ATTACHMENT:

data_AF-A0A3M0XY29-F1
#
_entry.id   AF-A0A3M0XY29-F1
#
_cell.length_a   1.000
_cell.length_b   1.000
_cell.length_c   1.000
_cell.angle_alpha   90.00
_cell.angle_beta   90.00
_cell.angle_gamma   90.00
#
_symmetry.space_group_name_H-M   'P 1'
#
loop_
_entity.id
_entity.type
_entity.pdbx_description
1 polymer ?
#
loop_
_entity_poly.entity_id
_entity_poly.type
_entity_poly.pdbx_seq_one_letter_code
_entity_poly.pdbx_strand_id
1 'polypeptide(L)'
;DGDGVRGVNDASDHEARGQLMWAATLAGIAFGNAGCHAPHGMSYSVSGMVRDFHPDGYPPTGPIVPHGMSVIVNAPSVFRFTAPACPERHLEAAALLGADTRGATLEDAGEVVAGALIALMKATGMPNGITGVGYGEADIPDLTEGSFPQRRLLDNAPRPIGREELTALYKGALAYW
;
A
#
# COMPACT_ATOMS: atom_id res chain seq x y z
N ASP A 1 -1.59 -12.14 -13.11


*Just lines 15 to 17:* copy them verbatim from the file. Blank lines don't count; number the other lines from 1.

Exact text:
_entity.id
_entity.type
_entity.pdbx_description